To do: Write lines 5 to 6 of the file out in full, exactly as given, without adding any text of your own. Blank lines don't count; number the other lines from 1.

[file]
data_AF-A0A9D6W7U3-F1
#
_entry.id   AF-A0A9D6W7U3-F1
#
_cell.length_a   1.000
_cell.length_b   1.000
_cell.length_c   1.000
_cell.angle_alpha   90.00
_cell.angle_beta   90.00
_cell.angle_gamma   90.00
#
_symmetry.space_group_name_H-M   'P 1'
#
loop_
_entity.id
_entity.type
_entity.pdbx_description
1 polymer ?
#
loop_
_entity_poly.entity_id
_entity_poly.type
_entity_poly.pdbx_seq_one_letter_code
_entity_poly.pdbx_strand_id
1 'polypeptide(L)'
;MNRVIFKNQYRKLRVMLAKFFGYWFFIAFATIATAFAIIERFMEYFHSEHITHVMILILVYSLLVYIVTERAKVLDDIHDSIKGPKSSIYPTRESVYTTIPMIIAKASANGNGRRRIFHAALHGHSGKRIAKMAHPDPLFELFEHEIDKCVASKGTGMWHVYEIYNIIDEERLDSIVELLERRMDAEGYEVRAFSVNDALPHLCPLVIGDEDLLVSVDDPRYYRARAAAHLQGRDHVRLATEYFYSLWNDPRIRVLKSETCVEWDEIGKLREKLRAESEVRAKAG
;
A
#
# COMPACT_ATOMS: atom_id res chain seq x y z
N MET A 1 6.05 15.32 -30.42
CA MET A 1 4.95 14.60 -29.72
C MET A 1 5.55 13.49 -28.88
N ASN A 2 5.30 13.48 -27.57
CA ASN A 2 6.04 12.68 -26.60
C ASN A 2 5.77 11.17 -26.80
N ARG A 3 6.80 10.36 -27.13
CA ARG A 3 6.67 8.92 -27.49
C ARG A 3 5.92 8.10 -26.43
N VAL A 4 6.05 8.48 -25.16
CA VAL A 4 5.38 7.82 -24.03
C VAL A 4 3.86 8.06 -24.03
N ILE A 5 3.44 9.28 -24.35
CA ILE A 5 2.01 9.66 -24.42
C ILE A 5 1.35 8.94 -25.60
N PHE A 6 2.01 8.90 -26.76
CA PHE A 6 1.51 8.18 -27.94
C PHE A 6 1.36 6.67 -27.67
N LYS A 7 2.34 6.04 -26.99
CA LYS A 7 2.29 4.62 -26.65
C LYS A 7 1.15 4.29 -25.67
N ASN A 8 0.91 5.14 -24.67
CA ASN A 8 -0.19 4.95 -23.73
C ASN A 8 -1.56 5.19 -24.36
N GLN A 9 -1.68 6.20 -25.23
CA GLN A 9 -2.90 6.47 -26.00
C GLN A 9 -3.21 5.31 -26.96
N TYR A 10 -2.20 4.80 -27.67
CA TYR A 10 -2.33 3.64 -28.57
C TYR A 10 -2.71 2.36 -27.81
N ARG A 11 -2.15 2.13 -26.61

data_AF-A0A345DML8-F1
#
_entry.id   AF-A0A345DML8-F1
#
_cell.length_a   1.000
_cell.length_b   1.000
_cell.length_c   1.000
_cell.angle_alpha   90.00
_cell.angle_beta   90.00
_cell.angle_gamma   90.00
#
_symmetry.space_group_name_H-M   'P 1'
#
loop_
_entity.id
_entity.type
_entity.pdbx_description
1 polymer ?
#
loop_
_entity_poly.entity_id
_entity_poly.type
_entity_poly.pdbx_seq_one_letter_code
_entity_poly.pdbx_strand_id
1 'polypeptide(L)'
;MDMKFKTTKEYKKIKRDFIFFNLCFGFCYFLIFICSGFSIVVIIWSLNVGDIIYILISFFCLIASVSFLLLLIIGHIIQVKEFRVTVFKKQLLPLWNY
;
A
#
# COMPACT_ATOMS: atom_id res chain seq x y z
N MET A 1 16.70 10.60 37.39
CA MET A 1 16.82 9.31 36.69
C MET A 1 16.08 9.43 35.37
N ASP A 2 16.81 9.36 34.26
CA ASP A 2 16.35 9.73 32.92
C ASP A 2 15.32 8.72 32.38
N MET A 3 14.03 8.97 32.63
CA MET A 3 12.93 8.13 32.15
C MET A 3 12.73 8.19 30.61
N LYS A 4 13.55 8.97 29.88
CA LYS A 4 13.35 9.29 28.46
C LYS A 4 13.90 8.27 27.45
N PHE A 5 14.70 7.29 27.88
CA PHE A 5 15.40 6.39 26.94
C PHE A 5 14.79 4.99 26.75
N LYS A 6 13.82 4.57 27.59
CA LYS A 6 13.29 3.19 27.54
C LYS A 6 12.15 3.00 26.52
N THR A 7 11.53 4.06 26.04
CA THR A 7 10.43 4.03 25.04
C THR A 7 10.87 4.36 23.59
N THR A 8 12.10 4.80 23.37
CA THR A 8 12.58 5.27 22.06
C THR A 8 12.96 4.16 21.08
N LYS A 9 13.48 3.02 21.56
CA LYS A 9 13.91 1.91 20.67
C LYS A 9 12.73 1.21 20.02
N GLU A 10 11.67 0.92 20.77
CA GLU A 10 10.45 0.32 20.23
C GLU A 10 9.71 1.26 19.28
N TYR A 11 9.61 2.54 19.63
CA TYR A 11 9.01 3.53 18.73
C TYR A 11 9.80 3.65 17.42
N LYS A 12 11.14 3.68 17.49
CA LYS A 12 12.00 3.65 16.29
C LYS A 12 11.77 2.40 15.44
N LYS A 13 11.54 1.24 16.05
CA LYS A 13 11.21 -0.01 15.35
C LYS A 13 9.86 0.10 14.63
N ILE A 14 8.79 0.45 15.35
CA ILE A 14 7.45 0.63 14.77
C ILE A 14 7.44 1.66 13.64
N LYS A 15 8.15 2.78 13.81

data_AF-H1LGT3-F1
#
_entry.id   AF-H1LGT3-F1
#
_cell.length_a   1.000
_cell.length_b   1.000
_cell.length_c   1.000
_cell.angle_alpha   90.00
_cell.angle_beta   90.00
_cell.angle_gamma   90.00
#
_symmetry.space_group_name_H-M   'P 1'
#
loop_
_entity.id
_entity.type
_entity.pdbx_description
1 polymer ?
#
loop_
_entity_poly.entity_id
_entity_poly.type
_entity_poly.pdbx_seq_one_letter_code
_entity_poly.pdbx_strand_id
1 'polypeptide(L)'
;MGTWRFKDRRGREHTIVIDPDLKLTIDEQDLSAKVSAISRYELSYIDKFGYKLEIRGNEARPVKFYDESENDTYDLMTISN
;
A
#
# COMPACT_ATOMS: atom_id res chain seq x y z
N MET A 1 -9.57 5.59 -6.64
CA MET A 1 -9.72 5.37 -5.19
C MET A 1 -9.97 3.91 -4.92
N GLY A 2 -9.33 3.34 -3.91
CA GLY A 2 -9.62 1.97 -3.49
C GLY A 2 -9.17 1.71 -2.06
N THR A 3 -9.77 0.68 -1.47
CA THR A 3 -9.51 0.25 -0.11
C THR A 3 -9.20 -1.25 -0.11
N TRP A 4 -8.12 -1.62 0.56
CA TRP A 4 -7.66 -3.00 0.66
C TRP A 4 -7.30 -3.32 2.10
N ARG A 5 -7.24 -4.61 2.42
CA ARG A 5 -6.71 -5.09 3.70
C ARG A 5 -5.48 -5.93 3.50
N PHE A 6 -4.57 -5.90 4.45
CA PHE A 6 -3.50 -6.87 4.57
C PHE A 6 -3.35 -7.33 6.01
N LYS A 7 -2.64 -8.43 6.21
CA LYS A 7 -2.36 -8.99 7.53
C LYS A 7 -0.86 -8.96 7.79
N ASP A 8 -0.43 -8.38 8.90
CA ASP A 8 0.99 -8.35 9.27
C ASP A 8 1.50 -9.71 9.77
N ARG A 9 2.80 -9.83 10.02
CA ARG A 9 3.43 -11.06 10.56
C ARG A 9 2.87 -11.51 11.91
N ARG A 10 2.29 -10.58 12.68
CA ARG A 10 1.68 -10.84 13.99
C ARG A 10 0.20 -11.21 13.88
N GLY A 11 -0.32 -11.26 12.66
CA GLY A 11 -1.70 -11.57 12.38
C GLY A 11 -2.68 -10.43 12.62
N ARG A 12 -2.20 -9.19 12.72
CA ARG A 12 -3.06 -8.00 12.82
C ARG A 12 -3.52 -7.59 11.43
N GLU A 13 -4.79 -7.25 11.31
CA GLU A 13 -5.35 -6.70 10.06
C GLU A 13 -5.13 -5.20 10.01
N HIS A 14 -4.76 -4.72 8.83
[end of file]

_cell.length_a   1.000
_cell.length_b   1.000